Work on being a “safe place” for your husband.  While many women will reveal their deepest darkest secrets to any blog reader or sorority sister, men tend to be more private.  He probably doesn’t feel comfortable opening up to very many people, and if he’s like most men you are the only person with whom he’s completely vulnerable.  So respond in a worthy way!  If he tries to be fully himself with you and gets wounded in the process, he may not keep it up.  Do what you can to help him let down his guard with you. If communication is not easy for him, acknowledge his efforts and do what you can to make it more comfortable for him.  This blog post explores this concept beautifully.

2. Overcome evil with good.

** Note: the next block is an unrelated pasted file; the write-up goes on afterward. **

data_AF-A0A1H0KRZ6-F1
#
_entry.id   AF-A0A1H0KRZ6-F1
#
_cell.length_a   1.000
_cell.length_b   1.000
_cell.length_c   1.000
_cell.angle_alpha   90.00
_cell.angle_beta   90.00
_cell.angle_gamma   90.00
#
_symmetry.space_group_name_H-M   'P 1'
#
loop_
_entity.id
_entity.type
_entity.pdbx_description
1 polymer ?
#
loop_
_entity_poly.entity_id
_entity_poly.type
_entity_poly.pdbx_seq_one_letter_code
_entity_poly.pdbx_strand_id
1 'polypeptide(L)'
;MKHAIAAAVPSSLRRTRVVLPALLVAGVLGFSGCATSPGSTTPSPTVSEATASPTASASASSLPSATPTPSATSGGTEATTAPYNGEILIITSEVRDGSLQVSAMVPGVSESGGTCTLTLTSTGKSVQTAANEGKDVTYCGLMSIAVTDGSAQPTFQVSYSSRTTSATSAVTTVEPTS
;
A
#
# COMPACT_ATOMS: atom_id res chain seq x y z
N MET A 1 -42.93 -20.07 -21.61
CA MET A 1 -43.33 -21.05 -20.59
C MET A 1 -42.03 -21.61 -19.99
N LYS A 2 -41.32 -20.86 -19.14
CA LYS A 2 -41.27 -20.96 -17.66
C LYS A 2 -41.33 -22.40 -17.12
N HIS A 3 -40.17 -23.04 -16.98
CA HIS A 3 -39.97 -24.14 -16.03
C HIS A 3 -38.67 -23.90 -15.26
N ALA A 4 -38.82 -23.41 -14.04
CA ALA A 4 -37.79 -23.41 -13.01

1 Peter 3:9-12 Do not repay evil for evil or reviling for reviling, but on the contrary, bless, for to this you were called, that you may obtain a blessing. 10 For "Whoever desires to love life and see good days, let him keep his tongue from evil and his lips from speaking deceit; 11 let him turn away from evil and do good; let him seek peace and pursue it. 12 For the eyes of the Lord are on the righteous, and his ears are open to their prayer. But the face of the Lord is against those who do evil."
So, in the context of immense frustration with your husband, when you have been wronged and feel justified in your indignation.....give him a blessing. A specific, tangible blessing.

Am I crazy? "for to this you were called, that you may obtain a blessing." When we bless one who has not done us well, we obtain a blessing. Hey, I didn't write it. So instead of slamming doors and sulking, do something thoughtful. I don't mean "think positive thoughts in his general direction" although that's not easy either. I mean something like....pick a movie you know he'll like. Pick up his favorite snack or make his favorite dessert. Pay him a compliment. Overcome evil with good.

I don’t mean that you should pretend he did no wrong. It's just showing grace. As God so generously shows us.